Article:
Apple has seen sales of its big money maker, the iPhone, decline. The reason being that less expensive phones have improved in quality, and improvements to the iPhone have not proved to be enough to really enthuse the consumer. Add to this the economic effects of the coming global recession and it is easy to see that those who might once have splashed out nearly $1000 on a new iPhne, may opt, indeed will have to opt, for cheaper models that effectively do the same job.

Google is apparently looking into launching a smart debit card, and Apple has already debuted a credit card, while Facebook is still moving ahead with its Libra stablecoin project that caused such a stir last year. It hoped to displace bitcoin as a leading cryptocurrency, but has clearly been foiled in its efforts.

 

Bitcoin offers stability

Meanwhile bitcoin, which has no tech company, government or central bank behind it lives on. And as Bambrough points out, it doesn’t even have an advertising budget, never mind a CEO. As he says, “Bitcoin, maintained by an evolving and decentralized network and beholden only to the mathematical principles that underpin it, is stability without authority.”

 

Google et al by contrast are deeply centralised, and so will any financial products they unleash on the market. They will never get away from that, whereas bitcoin continues to represent the antithesis of Silicon Valley capitalism. That’s why the big tech companies main option now is to kill it! But who will do it?

Free phones – but NO privacy!

Image result for Free phones – but NO privacy!

When I spotted an article in Forbes by Thomas Brewster, I was immediately intrigued. The headline is U.S. Funds Program With Free Android Phones For The Poor — But With Permanent Chinese Malware. It surely must strike anyone reading it as a giving with one hand and taking away with the other gesture. So, I had to check out what it was about.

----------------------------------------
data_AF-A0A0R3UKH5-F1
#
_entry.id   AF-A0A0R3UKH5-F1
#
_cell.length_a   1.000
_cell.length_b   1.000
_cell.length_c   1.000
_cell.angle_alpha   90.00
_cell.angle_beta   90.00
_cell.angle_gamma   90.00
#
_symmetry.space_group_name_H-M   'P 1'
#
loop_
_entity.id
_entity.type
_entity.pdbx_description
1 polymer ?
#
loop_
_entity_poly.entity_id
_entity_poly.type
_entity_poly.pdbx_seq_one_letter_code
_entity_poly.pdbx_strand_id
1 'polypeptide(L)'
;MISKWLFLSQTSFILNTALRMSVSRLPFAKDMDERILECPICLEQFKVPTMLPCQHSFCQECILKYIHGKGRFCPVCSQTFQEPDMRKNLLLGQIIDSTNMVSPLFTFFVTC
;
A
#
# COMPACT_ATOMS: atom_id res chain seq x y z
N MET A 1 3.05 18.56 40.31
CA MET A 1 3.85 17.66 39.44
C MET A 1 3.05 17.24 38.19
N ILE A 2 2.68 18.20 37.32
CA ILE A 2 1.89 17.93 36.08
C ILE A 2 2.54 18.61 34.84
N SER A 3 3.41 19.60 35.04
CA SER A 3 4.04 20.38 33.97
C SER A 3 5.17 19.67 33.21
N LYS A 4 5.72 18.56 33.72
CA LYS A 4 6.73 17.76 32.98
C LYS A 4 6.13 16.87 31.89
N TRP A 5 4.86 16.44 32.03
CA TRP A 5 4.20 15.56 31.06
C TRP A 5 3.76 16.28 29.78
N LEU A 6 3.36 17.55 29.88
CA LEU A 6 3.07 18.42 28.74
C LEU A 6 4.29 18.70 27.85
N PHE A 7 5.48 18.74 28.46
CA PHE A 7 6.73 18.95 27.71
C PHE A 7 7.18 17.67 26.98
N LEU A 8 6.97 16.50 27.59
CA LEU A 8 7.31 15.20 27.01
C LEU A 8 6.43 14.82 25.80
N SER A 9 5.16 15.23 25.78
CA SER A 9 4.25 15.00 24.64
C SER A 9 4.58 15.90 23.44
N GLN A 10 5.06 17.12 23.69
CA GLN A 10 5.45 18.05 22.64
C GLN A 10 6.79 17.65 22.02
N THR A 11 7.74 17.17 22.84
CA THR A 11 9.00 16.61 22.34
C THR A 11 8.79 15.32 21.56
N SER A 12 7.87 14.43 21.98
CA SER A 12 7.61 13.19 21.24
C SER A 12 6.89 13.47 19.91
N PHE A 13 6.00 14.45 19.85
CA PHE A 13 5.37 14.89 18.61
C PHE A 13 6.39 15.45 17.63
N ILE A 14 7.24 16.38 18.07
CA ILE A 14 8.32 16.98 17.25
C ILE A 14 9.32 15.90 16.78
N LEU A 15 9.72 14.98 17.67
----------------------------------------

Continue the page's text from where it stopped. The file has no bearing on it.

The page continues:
As I live outside the USA, I was not aware that low income households in the States have been able to get cheap cell service and even free smartphones via the U.S. government-funded Lifeline Assistance program. And there is one provider of this service called Assurance Wireless that offers a free Android device along with free data, texts and minutes. It sounds good on the face of it.

But according to security researchers at Malware Bytes there is a significant drawback to the distribution of this largesse. The Android phones come with preinstalled Chinese malware, which effectively opens up a backdoor onto the device and endangers the users’ private data. And, the researchers say that one of the types of malware is impossible to remove.

Malware Bytes informed Assurance Wireless about the issue. Assurance is a Virgin Mobile company, just as a matter of interest. So far Malware Bytes have not received a response from the service provider. So, users should be aware that their devices are vulnerable. Interestingly, after Forbes published the article a spokesperson for Sprint, which owns Virgin Mobile and Assurance Wireless, said: “We are aware of this issue and are in touch with the device manufacturer Unimax to understand the root cause. However, after our initial testing we do not believe the applications described in the media are malware.”

The FCC, which runs Lifeline Assistance, confirmed to Forbes that the law requires “its fund not be used by partner carriers for spending on devices.”